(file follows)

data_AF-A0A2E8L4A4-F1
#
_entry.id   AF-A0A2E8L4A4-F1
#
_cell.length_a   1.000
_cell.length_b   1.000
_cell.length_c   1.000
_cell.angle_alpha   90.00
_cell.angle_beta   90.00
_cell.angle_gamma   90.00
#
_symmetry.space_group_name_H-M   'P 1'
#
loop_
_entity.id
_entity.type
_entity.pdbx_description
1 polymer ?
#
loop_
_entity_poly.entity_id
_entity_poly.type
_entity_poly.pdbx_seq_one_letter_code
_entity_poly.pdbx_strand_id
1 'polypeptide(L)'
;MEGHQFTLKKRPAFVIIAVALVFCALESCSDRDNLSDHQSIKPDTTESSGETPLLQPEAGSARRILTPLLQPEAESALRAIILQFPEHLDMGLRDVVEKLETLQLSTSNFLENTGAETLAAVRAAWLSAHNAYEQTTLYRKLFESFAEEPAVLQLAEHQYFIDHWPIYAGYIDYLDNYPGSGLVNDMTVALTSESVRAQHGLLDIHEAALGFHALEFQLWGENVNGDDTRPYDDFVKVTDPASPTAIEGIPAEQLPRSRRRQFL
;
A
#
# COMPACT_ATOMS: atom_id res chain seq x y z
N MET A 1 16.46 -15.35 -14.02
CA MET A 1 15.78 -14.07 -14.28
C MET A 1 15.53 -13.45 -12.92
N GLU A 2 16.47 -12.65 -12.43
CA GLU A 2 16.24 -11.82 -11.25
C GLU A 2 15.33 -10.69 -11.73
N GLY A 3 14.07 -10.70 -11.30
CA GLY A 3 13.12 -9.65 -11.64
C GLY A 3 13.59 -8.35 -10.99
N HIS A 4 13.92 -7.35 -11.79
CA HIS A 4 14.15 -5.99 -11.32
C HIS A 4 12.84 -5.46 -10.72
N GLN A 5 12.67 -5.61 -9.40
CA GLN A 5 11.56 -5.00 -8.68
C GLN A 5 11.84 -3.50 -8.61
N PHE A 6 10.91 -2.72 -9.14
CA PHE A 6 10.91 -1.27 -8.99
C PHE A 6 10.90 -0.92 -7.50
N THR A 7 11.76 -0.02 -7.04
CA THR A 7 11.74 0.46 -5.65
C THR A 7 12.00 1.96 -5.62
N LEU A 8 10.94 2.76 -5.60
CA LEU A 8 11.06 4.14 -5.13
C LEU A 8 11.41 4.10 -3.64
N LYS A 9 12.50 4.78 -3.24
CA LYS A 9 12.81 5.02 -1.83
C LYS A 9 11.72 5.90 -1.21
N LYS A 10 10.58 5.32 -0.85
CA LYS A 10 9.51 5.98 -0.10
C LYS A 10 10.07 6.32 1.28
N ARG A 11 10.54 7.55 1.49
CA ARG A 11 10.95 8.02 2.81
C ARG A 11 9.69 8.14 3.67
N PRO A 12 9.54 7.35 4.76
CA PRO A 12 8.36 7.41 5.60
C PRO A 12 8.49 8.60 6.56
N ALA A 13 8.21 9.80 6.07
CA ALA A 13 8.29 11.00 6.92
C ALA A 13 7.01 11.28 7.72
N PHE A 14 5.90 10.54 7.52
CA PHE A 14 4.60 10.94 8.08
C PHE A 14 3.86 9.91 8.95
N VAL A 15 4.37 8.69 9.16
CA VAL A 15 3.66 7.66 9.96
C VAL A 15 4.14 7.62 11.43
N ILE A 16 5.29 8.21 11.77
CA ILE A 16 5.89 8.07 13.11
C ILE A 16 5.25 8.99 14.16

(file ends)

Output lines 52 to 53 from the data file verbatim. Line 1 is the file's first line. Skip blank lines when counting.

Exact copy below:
N LEU A 8 10.94 2.76 -5.60
CA LEU A 8 11.06 4.14 -5.13